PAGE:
- Myocardial inflammation in the absence of ischaemia.
- Often associated with pericarditis , termed myopericarditis.
- Usually a benign disease without serious long-term complications.
- In the acute setting can cause arrhythmias, cardiac failure, cardiogenic shock and death.
- May result in delayed dilated cardiomyopathy.
Causes of Myocarditis
- Viral – including coxsackie B virus, HIV, influenza A, HSV, adenovirus.
- Bacteria – including mycoplasma, rickettsia, leptospira.
- Immune mediated – including sarcoidosis, scleroderma, SLE, Kawasaki’s disease.
- Drugs / toxins – including clozapine, amphetamines.
ECG in Myocarditis
ECG changes can be variable and include:
- Sinus tachycardia.
- QRS / QT prolongation.
- Diffuse T wave inversion.
- Ventricular arrhythmias.
- AV conduction defects.
- With inflammation of the adjacent pericardium, ECG features of pericarditis can also been seen (= myopericarditis).
NB. The most common abnormality seen in myocarditis is sinus tachycardia with non-specific ST segment and T wave changes.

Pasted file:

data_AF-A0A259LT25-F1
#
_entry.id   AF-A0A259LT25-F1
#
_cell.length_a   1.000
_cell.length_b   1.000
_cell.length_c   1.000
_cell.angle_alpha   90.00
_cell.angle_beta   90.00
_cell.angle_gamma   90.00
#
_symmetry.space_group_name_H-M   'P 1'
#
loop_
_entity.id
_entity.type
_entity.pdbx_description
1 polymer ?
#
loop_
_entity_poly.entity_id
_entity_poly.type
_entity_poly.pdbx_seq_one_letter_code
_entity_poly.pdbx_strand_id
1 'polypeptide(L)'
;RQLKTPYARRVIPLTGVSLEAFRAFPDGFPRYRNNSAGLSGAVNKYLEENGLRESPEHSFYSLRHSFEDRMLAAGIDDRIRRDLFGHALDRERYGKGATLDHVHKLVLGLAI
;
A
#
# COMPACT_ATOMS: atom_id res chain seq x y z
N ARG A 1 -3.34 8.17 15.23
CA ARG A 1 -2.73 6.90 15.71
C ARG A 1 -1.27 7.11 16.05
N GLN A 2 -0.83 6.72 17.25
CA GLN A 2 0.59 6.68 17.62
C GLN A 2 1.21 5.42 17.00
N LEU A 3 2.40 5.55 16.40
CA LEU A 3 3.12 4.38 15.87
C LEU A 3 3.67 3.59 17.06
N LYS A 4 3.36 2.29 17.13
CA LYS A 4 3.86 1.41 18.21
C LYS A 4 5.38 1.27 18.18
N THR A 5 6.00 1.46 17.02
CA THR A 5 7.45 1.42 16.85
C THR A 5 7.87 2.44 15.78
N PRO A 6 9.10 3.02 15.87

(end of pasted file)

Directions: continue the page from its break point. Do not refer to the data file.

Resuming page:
- Sinus tachycardia with non-specific ST segment changes
- Widespread concave ST elevation (pericarditic changes) in a child with viral myocarditis.
- Surawicz B, Knilans TK. Chou’s Electrocardiography in Clinical Practice. 6th Edition. Saunders Elsevier 2008.
- Chan TC, Brady WJ, Harrigan RA, Ornato JP, Rosen P. ECG in Emergency Medicine and Acute Care. Elsevier Mosby 2005.
- Brady WJ, Truwit JD. Critical Decisions in Emergency & Acute Care Electrocardiography. Wiley Blackwell 2009.
- Cameron P, Jelinek G, Kelly AM, Murray L, Brown A. Textbook of Adult Emergency Medicine. 3rd Edition. Churchill Livingston Elsevier 2009.